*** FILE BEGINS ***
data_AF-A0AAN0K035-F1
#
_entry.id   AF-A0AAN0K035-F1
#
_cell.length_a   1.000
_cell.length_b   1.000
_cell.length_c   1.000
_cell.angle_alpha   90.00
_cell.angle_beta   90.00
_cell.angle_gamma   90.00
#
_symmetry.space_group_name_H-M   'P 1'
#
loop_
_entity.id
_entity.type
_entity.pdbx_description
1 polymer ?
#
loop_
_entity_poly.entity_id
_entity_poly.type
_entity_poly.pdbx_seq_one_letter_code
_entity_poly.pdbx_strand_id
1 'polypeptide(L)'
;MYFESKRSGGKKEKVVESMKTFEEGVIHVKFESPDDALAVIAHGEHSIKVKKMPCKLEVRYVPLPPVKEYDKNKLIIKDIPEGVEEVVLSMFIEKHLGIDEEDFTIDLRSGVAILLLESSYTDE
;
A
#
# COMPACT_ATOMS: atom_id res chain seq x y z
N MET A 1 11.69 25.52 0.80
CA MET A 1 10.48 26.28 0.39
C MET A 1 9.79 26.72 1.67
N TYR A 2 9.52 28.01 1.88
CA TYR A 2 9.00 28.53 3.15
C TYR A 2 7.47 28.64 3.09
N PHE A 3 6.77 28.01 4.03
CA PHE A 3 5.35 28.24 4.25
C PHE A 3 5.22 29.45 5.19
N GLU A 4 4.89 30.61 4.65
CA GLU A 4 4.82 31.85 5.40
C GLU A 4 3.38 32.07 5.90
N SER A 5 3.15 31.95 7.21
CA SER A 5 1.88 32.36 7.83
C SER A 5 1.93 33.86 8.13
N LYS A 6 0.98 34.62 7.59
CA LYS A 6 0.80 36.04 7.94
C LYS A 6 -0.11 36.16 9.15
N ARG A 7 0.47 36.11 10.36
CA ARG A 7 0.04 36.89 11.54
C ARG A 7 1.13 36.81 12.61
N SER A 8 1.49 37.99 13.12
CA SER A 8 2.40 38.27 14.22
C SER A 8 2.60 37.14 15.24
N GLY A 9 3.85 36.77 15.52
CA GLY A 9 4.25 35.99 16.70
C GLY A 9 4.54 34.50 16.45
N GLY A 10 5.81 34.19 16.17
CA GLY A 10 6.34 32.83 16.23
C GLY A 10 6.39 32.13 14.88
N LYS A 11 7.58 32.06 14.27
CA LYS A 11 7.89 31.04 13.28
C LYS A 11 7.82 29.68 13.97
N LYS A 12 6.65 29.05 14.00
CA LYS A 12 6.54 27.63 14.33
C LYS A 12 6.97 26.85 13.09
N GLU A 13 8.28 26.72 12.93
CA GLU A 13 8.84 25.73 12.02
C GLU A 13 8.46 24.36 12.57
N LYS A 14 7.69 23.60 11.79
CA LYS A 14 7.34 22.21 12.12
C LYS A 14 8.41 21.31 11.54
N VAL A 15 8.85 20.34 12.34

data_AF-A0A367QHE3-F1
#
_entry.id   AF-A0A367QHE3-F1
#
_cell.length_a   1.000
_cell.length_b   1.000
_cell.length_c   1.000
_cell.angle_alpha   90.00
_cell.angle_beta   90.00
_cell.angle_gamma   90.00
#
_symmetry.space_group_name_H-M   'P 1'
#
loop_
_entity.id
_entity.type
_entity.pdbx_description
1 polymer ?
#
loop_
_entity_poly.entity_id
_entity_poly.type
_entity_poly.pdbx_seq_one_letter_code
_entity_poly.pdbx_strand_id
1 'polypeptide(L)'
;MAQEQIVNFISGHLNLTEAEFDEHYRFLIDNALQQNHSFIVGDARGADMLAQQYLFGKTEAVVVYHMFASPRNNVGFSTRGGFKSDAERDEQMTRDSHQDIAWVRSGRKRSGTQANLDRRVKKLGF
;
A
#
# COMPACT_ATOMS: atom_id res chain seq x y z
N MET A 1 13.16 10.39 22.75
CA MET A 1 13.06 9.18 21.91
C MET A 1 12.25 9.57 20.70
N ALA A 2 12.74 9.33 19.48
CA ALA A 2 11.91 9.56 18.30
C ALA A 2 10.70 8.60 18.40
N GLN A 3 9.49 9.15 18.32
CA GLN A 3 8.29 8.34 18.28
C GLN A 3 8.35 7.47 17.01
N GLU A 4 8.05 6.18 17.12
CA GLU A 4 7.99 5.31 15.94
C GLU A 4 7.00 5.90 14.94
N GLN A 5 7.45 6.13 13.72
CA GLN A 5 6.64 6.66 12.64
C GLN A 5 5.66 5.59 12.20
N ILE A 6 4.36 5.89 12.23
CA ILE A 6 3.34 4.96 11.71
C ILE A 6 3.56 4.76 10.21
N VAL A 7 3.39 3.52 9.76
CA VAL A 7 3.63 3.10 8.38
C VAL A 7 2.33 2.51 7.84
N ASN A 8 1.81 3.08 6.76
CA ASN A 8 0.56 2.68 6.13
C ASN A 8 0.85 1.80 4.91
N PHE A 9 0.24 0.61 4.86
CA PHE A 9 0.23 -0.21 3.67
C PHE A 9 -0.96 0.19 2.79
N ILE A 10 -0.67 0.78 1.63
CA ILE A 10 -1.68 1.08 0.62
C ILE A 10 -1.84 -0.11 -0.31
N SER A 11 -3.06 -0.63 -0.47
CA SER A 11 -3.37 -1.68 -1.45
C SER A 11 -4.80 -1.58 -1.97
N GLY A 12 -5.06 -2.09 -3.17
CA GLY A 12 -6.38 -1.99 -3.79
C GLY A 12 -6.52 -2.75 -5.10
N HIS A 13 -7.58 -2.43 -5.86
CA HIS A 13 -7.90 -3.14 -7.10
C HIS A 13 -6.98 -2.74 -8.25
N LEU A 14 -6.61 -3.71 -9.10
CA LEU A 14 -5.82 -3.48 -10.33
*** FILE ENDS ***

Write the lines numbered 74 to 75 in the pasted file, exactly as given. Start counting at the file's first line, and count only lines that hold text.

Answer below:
data_AF-A0A367QHE3-F1
#